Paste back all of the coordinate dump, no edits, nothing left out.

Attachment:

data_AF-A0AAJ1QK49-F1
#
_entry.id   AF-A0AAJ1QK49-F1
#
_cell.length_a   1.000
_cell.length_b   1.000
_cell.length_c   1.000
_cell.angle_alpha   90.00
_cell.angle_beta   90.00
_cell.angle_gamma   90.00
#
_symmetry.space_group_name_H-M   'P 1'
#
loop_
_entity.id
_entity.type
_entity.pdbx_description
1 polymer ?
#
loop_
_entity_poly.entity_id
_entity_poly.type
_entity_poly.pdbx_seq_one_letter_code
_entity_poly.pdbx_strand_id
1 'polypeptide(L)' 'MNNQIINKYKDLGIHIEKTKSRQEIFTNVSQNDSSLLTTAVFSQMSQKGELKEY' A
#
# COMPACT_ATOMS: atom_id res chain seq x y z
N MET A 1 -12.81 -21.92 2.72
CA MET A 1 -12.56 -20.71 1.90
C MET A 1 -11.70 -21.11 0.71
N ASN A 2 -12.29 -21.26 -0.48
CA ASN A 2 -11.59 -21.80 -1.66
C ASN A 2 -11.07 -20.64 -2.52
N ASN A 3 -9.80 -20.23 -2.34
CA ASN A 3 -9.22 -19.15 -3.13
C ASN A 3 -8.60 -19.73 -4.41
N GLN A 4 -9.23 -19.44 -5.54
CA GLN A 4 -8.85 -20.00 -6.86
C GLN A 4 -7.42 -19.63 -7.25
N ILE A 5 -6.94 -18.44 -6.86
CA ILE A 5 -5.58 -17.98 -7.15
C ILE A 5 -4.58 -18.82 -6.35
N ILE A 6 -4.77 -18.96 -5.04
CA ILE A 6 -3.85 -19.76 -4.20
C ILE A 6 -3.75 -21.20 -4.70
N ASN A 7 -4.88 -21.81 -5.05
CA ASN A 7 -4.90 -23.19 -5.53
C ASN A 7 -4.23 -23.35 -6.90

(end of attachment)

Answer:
data_AF-A0AAJ1QK49-F1
#
_entry.id   AF-A0AAJ1QK49-F1
#
_cell.length_a   1.000
_cell.length_b   1.000
_cell.length_c   1.000
_cell.angle_alpha   90.00
_cell.angle_beta   90.00
_cell.angle_gamma   90.00
#
_symmetry.space_group_name_H-M   'P 1'
#
loop_
_entity.id
_entity.type
_entity.pdbx_description
1 polymer ?
#
loop_
_entity_poly.entity_id
_entity_poly.type
_entity_poly.pdbx_seq_one_letter_code
_entity_poly.pdbx_strand_id
1 'polypeptide(L)' 'MNNQIINKYKDLGIHIEKTKSRQEIFTNVSQNDSSLLTTAVFSQMSQKGELKEY' A
#
# COMPACT_ATOMS: atom_id res chain seq x y z
N MET A 1 -12.81 -21.92 2.72
CA MET A 1 -12.56 -20.71 1.90
C MET A 1 -11.70 -21.11 0.71
N ASN A 2 -12.29 -21.26 -0.48
CA ASN A 2 -11.59 -21.80 -1.66
C ASN A 2 -11.07 -20.64 -2.52
N ASN A 3 -9.80 -20.23 -2.34
CA ASN A 3 -9.22 -19.15 -3.13
C ASN A 3 -8.60 -19.73 -4.41
N GLN A 4 -9.23 -19.44 -5.54
CA GLN A 4 -8.85 -20.00 -6.86
C GLN A 4 -7.42 -19.63 -7.25
N ILE A 5 -6.94 -18.44 -6.86
CA ILE A 5 -5.58 -17.98 -7.15
C ILE A 5 -4.58 -18.82 -6.35
N ILE A 6 -4.77 -18.96 -5.04
CA ILE A 6 -3.85 -19.76 -4.20
C ILE A 6 -3.75 -21.20 -4.70
N ASN A 7 -4.88 -21.81 -5.05
CA ASN A 7 -4.90 -23.19 -5.53
C ASN A 7 -4.23 -23.35 -6.90